In the eighties, the last armed combats of the revolutionary left occurred, moving to Central America. The wear of war imposes the path of dialogue and conciliation to establish a common background of convulsed societies and peoples (Poitevin & Sequén-Manches, 2002: pp. 75-81) . The fall of the “Berlin Wall” and the collapse of Communism will end up clearing the way for the democratic course in the region. The more traditionalist lefts are falling and the armed option is no longer in use. Only the episodic eruption of the EZLN (“Ejército Zapatista de Liberación Nacional”) in Mexico in 1994 and the survival of the FARC (“Fuerzas Armadas Revolucionarias de Colombia”), the ELN (“Ejército de Liberación Nacional”), the EPL (“Ejército Popular de Liberación”) in Colombia escape to the predominant trend in Latin American leftist politics. The EZLN has had to move on difficult terrain as it is an insurgent organization in conditions of peace. Nowadays, it is a “symbolic” guerrilla, surviving by an implicit truce with the Mexican governments. The FARC had more difficulties in obtaining social acceptance of their armed condition, since they have been linked to drug trafficking and other illegal activities (Guillermoprieto, 2000: pp. 33-35) . They have also resorted to reprehensible methods such as terrorism and kidnapping against civilians. In the face of the Colombian case, the accusations of the links of sectors of the left with drug trafficking are beginning to manifest, mainly in Colombia, Venezuela and Bolivia. The FARC signed a peace agreement with the Colombian government, transformed in 2016-2017 and became a political party, leaving only the ELN and small armed groups splited from past guerrilla groups.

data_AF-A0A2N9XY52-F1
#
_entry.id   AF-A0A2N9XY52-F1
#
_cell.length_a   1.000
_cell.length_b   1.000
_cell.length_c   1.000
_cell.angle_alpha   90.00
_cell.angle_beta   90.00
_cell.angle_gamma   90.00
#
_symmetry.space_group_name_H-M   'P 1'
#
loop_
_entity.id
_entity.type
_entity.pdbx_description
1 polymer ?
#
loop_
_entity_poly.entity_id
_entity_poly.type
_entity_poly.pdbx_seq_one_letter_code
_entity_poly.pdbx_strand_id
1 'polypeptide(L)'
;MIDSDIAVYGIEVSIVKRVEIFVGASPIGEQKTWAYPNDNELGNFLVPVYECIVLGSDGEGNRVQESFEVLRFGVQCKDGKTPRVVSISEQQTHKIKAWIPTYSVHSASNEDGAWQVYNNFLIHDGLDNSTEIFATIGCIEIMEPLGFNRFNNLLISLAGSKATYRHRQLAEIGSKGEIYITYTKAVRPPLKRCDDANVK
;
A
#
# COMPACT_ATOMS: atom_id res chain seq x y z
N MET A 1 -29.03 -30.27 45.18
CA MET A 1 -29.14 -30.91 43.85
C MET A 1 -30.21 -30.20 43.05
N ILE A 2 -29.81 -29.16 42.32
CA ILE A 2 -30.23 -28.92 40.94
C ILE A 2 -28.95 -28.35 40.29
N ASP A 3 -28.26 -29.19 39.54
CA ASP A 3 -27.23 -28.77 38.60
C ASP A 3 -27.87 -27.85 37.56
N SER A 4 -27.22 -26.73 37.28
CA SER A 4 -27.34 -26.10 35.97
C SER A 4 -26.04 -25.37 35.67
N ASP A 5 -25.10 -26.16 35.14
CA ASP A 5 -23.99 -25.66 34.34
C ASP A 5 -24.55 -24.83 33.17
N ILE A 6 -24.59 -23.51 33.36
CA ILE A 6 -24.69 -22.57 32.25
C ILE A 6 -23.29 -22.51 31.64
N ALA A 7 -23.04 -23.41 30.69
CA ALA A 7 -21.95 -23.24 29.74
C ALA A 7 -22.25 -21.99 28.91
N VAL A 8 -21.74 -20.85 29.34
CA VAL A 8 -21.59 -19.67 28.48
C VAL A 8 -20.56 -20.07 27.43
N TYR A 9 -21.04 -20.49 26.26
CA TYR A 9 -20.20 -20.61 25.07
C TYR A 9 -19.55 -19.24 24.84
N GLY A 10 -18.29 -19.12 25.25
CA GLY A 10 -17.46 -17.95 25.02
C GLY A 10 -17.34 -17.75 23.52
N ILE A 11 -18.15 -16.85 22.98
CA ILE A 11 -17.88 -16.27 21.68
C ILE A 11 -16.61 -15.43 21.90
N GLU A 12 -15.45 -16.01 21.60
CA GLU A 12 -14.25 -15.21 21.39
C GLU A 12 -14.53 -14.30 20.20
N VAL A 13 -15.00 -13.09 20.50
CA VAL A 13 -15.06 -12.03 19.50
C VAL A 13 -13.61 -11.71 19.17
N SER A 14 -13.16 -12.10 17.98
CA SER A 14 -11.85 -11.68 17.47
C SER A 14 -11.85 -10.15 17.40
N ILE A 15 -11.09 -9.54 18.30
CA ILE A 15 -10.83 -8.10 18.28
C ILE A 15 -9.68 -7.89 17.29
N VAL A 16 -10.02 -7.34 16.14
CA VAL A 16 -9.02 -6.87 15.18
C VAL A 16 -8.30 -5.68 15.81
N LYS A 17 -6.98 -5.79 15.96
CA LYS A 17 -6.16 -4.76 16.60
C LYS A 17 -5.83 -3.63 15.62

Meanwhile, Cuba, which offered at its time the referent of strongest revolutionary dictatorship in the region, suffers isolation at a bitter moment of international socialism. The Cuban regime was in serious difficulties when the Soviet Union collapsed, which was its main support in the economic, political and ideological aspects. There was even speculation about his survival (Oppenheimer, 1992: pp. 162-163) . Cuba, along with China, North Korea and Vietnam go through the nineties, in the solitude of the ruins of socialism. The Cuban model, previously taken as a guide for revolutionary changes in the area, ceases to be so. The Cuban Revolution had taken over from the aging Mexican Revolution of 1910. No one took over from the Latin American left, until Chavismo and the victory of the continental left injected him with some extra respite. The Cuban regime, considered a regional anomaly, is no longer taken as a guide to get ahead, but as a parameter of what one does not want to repeat. On the same island, there is now debate about how to face the post-Castro era, in the face of Fidel Castro’s death in 2016 and the necessary generational renewal. Although there are tendencies that point to the preservation of what exists, it is difficult to manage the past and pursue in tension over an encysted revolutionary process. Regional geopolitics aggravates the uniqueness of the Cuban case, while the left of the subcontinent takes flight in the midst of the crisis of international socialism. Although the Latin American left resents the fall of the socialist bloc, an important aspect of its identity is forged in relation to the United States, and this situation, far from improving, is updated once again.